daughters, Minnie and Esther of this place, and Mrs. John Hurley of
Elmira; four sons, William of Vancouver, B. C.; George and Paul of
Chicago, Ill., and Alfred of Stanley, survive. The funeral was largely
attended. Many beautiful flowers covered the casket. Rev. Edward Jarvis
had charge of the services.
From Geneva Daily Times 12 August 1904
Samuel Moranda, aged forty-six years, and a highly esteemed
citizen of Bristol, died at his home in that place yesterday. His death
was due, it is stated, to acute melancholia, from which he had suffered
for some time. He was some years ago one of the supervisors of Ontario
county and had held other public positions. He leaves a wife and two
sons, Howard and Thurston Moranda, all of Bristol, besides a large
of relatives and friends.
From Geneva Daily Times 20 January 1910
Mrs. Bridget Morarity died at 10 o'clock this morning at the home
of her son, Henry Morarity, of William street. Besides her son, the
deceased is survived by one daughter, Mrs. J. McCarthy of Phelps. Burial
From Ontario County Journal 12 January 1894
Naples, N. Y. - The remains of David S. Morehouse were
brought to this place from Middlesex on Saturday for burial in Rose
Ridge cemetery. The deceased was an esteemed resident of Naples till
about thirteen years ago when he went to Middlesex. His son, F. W.
Morehouse, is a carriage maker of this town. One daughter, Mrs. Harriet
Van Voorhees, resides in Rushville.
From Ontario County Journal 18 April 1919
Naples, N. Y. - Fisher Morehouse died at his home in
this village on Friday afternoon after a long illness. He was born in
Naples August 2, 1845, a son of David and Sarah Fisher Morehouse. On
June 6, 1872, he was united in marriage to Miss Agnes Hopkins, of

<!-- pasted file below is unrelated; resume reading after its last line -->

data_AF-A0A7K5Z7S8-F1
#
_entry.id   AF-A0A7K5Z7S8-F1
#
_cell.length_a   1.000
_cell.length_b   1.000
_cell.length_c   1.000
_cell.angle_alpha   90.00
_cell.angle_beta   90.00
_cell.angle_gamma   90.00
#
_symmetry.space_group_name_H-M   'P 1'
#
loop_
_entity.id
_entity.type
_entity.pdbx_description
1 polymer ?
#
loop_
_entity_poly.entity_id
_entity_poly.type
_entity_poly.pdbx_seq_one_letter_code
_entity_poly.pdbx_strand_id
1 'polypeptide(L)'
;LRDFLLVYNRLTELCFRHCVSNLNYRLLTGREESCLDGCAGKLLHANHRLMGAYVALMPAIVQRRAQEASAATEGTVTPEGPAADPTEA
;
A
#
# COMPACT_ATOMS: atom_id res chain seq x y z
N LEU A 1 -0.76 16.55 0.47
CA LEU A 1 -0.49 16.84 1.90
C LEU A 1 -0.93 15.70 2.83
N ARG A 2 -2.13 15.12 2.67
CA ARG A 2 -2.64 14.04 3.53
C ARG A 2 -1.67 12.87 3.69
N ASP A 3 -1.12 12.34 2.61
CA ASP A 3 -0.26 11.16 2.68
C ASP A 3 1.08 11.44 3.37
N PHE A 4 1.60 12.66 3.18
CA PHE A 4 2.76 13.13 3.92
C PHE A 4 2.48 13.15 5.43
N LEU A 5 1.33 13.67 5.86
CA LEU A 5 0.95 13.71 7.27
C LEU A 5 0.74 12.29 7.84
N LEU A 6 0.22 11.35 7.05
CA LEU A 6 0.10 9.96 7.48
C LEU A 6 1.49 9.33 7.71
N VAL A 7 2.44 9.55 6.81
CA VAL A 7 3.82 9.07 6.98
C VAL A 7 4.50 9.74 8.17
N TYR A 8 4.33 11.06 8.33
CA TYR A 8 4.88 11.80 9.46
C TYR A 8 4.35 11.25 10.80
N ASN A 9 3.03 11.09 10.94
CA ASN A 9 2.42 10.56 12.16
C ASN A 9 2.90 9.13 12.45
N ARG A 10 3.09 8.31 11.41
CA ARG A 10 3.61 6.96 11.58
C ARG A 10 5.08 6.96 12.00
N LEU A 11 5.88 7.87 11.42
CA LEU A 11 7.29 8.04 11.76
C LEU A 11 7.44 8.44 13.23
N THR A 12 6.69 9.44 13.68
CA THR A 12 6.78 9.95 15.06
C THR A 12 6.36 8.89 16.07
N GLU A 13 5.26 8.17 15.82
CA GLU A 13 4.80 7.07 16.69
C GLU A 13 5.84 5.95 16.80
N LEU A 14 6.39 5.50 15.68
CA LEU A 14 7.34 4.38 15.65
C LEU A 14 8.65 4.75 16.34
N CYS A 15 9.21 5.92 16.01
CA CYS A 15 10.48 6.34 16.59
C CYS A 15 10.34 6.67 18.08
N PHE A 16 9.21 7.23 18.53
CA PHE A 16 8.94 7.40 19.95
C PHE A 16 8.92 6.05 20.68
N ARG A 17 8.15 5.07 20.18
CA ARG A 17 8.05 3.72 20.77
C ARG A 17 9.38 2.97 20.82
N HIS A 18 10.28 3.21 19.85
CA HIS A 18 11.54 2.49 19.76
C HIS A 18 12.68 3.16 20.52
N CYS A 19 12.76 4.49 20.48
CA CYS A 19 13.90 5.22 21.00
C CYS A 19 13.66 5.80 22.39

Honeoye, who survives with their two sons, Bert and William, both of
Naples. A granddaughter, Miss Mabel Morehouse of Naples, and a sister,
Mrs. Peter Voorhees of Rushville, also are left. Funeral services were
held from the home on Sunday, Rev. J. H. France officiating.
From Ontario County Times 15 April 1874
Died, at the residence of Mr. John Smith, Castle st., this morning,
April 10th, Mrs. Sarah Morehouse, aged 80 years, 4 months and
14 days. Deceased, we are informed, was the first white person born
in Geneva, her birth occurring Nov. 27th, 1793, in a building then
situate on the Land office property, Washington street. Her residence
has not been continually in our village, but it was vouchsafed her to
pass the closing days and breathe her last almost within sight of the
very spot where, more than 80 years ago, her eyes first beheld the
light of earth -- an experience seldom realized by our changeful
people. Geneva Gazette
From Ontario County Journal 17 January 1913
On Wednesday evening at 7:15 o'clock occurred the death of Mrs. Nettie Morey, wife
of Oren E. Morey of Bristol street, following an illness of long
duration. Mrs. Morey was born on Aug. 10, 1854, at Victory, Cayuga
county, this state, and was, consequently, 58 years and five months of
age. She was the daughter of Mr. and Mrs. Perry Blanchard. On Jan. 5,
1874, she married Oren E. Morey at Hannibal Center, Oswego county. She
is survived by her husband; son son, Clair L. Morey; and three
grandchildren, all of this village. Two brothers, Day Blanchard of
Albion, Mich., and Benjamin Blanchard of Martville; and a sister, Mrs.
Alice Chase of East Rochester, also survive. The funeral will be held
on Sunday afternoon at 2 o'clock, either from the late residence or the
Baptist church, with Rev. G. R. Dye officiating.
From Ontario County Journal 7 December 1917
Naples, N. Y. - On Tuesday, occurred the death of Mrs. Augusta Morgan, wife
of John Morgan, Sr., after only a few moments illness. Mrs. Morgan had
been in poor health for some time. Augusta Parkinson, daughter of Mr.
and Mrs. Thomas Parkinson, was born in Naples 76 years ago. She was
united in marriage with John Morgan, who survives. To them were born
two children, John, Jr., and Miss Mary, who live in this village.
Funeral services were held Friday in charge of Rev. A. H. McKnight.
Burial was in Rose Ridge.
From Geneva Daily Times 7 March 1910
Benjamin T. Morgan, aged 50 years, died at the family residence,
No. 316 Washington street, yesterday afternoon at 1 o'clock after an